Monday, December 30, 2013

Christmas - Military Style

As an Air Force brat, most of my childhood was spent overseas. Holidays were grand, especially Christmas. Families in the States went over the river and through the woods to grandmother’s house; we created our own home-away-from-home festivities.
 

 The base was decked out with lights and a huge tree stood on the lawn by headquarters. The decorations around base reflected the country we were in. In Germany, big nutcracker soldier figures surrounded the tree. Their mean-looking faces scared me to death.

Spain was a wonderland. The lights that made Madrid’s buildings come alive flowed over onto the buildings on base.
Nativity scenes were the heart of Spanish celebrations, so a living nativity scene was near the tree.
 
In Spanish traditions, the 3 Wise Men bring the gifts so wisemen ornaments hung on the tree and large figures scattered around the base.
 
To a junior-high kid, everything was magical.
 
Mom worked hard to make Christmas special. The strict weight limit for household goods when moving overseas didn’t allow for Christmas trees or rooftop Santa sleighs. Every year, we went to the Base Exchange to buy a 4-5 foot tree. We made decorations for the tree and for our windows. And, my favorite: Christmas cookies! Santas, reindeer, snowmen, painted with every color of powdered-sugar icing imaginable. Homemade fruitcakes, candies…that’s the smell of Christmas to me.
 
 
Gifts were a challenge. Our wishes were defined by the pages of the Sears Catalog. If things weren’t ordered in October, the boat didn’t get them there in time.

The best part was Armed Forces Radio. On Christmas Eve they played carols and The Night Before Christmas. One year, I remember panicking when the announcer said jets were sent to investigate a strange object seen on radar. Were they going to shoot down Santa’s sleigh? Didn’t they remember it was Christmas Eve?! I slumped in relief when the pilots radioed back that Santa wasn’t a threat.
 
We quickly learned that Christmas isn’t made up of decorations, it’s a matter of the heart. Neighbors filled each other’s houses for a potluck dinner of pot roast or ham, with all the trimmings. One of the dads read the Christmas story about the Baby in a manger, the shepherds, and the angels. Of course, the kids showed off all their gifts.

It doesn’t matter where you live, that’s the true joy of Christmas.
 
 
 


 
Sherry Carter is a retired engineer, slowly being reformed into a Bible-study author. She draws on over 30 years experience as a Bible teacher to give depth to her writing.

She's the grandmother of two perfect children and a sports fanatic (especially the Oklahoma Sooners). She and her husband of 42 years live in west Texas and are servants to their retired-racing greyhound.

Above all, she wants to grow closer to God and to learn from other believers as they travel down this path of faith. Journey along with her by following her blog, Sherry's Light Blog, her Facebook page, and her quarterly newsletter. Her first Bible study, Storms of Life, won the 2007 Award of Excellence at the Blue Ridge Mountain Christian Writer's Conference. It's available at amazon. com, Christianbook.com, or at local bookstores.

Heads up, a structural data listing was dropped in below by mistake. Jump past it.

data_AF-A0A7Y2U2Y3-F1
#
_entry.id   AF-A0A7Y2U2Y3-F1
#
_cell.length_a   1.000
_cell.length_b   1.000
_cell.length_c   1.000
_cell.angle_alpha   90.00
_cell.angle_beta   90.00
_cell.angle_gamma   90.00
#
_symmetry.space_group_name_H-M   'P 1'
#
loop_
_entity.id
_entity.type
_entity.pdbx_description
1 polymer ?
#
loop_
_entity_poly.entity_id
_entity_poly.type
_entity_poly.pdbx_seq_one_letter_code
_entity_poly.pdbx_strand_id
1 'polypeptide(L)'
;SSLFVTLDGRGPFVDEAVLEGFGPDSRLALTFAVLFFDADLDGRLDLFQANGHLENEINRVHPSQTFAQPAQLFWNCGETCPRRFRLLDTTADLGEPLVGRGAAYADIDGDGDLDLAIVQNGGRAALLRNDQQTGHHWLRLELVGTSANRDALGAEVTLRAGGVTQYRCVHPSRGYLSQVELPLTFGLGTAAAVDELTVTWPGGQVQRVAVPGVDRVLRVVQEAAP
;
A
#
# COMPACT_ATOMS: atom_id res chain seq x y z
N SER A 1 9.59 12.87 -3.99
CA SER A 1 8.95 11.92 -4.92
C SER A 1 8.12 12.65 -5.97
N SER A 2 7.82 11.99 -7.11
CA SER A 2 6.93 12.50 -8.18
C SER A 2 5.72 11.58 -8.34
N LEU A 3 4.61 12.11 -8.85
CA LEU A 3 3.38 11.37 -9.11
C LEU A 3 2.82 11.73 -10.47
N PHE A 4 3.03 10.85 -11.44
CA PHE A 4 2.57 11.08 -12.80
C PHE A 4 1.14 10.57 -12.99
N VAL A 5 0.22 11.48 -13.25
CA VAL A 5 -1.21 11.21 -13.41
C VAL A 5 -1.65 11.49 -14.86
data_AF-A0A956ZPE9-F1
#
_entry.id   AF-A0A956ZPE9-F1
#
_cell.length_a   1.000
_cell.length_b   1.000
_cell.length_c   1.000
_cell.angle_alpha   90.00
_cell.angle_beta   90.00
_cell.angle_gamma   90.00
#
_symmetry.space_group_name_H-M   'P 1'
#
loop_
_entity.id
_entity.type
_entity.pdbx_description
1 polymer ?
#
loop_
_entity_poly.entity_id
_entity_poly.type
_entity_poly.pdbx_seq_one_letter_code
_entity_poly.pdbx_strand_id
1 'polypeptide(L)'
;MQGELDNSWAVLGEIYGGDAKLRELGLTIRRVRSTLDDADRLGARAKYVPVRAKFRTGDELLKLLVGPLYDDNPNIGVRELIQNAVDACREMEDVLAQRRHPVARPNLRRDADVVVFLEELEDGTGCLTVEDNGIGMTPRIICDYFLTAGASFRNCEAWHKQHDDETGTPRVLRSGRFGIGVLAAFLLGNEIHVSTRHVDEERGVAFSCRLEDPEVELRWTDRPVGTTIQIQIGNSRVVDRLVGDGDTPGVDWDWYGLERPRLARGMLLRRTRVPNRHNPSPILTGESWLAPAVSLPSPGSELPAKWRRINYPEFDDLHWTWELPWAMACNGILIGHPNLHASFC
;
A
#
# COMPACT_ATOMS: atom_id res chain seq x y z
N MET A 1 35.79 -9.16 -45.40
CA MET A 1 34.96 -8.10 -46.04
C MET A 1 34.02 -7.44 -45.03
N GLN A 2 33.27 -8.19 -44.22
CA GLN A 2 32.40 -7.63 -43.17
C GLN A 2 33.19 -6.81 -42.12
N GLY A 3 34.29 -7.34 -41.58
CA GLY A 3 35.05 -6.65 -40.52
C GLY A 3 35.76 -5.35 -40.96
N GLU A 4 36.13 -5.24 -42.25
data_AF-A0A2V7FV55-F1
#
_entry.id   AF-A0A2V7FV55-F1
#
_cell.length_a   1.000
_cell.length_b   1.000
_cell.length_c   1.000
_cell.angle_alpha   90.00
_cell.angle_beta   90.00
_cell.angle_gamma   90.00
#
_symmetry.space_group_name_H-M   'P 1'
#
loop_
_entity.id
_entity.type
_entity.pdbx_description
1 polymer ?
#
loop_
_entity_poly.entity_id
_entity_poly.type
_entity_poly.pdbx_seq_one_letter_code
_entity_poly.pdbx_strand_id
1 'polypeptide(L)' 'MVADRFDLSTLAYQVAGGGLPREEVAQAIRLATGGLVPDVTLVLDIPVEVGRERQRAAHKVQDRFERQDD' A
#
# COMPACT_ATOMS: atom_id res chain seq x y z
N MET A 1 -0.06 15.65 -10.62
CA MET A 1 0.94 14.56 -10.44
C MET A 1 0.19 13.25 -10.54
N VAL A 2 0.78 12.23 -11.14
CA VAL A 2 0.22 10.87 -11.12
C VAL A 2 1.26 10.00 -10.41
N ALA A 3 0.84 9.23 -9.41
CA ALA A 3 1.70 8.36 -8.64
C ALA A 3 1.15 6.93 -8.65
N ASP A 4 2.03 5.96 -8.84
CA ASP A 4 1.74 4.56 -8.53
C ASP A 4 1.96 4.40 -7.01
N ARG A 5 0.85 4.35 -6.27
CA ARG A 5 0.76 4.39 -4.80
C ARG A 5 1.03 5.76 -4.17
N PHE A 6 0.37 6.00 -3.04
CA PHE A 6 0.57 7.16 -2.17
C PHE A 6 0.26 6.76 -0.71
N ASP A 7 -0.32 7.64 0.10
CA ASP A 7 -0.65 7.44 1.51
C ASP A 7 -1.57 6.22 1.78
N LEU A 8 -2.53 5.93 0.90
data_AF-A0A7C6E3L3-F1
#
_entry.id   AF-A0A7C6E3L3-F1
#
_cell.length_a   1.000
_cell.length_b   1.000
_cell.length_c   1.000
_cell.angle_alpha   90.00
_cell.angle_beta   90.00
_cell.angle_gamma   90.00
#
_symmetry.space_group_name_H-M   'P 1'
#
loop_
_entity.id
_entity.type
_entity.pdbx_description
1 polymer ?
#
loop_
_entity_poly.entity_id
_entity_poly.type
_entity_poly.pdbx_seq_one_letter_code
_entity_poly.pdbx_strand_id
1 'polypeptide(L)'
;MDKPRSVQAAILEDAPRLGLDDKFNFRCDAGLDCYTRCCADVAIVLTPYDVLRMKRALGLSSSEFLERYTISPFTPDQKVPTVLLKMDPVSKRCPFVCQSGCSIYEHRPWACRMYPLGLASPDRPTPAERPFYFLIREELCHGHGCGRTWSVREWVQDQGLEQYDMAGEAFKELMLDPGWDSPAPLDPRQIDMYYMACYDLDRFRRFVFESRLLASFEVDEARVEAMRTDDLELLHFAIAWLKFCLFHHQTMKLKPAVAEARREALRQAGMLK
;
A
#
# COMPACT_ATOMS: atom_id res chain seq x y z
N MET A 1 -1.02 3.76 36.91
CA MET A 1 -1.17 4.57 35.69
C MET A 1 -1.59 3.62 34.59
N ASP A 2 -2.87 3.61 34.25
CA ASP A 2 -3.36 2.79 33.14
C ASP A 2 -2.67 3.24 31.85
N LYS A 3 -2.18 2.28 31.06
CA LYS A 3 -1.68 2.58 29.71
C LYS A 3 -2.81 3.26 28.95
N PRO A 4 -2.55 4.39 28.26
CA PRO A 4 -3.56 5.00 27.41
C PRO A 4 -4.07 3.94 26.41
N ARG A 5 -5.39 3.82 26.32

9 comments:

Caroline said...

As usual your post is a lovely reminder of Christmas celebration and how much it means, especially to children, but to us all. Thanks for sharing a touch of how it's celebrated in other countries!

Donna B said...

What a wonderful post about a view many of us never get to see. Military kids often see life through a different lens with a much broader view because of their experiences. That's a blessing in itself. Thanks for sharing a glimpse.

Claude Nougat said...

How wonderful! Christmas is always Christmas no matter where you are, thanks for reminding us in this joyful way!

Annette Bergman said...

Your post reminded me of my first Christmas away from home. We were stationed on Okinawa in 1955 and had just arrived a few days before Christmas. The best part of a military life is the friends you make and especially the ones you spend the holidays with. We had a very small live tree with very few decoration. I think the Military teaches us to make the best of any situation. Thanks for brings back the memories. Happy New Year.

Sherry Carter said...

Thank you all for your comments. It was a fun trip into the past - I hadn't thought about the jets going after Santa in a long time. There were some great things about growing up in a military family!

Patti Shene said...

A great post, Sherry. How fun to learn about the ways others celebrate Christmas. Sounds like you have some very precious memories!

Sherry Carter said...

Yes, I do have many precious memories, Patti. When I first wrote this it was 800+ words :(
Reminds me of a teacher I once had, "Boil it down and, when you're done, boil it down some more." It was hard to choose what to share and what to leave out.

Linda Lange said...

Great post, Sherry. I shared it on Facebook, and several of my friends went on to share it as well. Obviously it touched something within us. One person who shared it is classmate of mine, a retired Air Force surgeon.

Travel queen at 67 said...

Yes christmas in turkey was different. But what fun we had creating memories with rose hype jam and trips to gnome for adventure. Thanks for the memory prod. They are always a good push and bring a bright smile.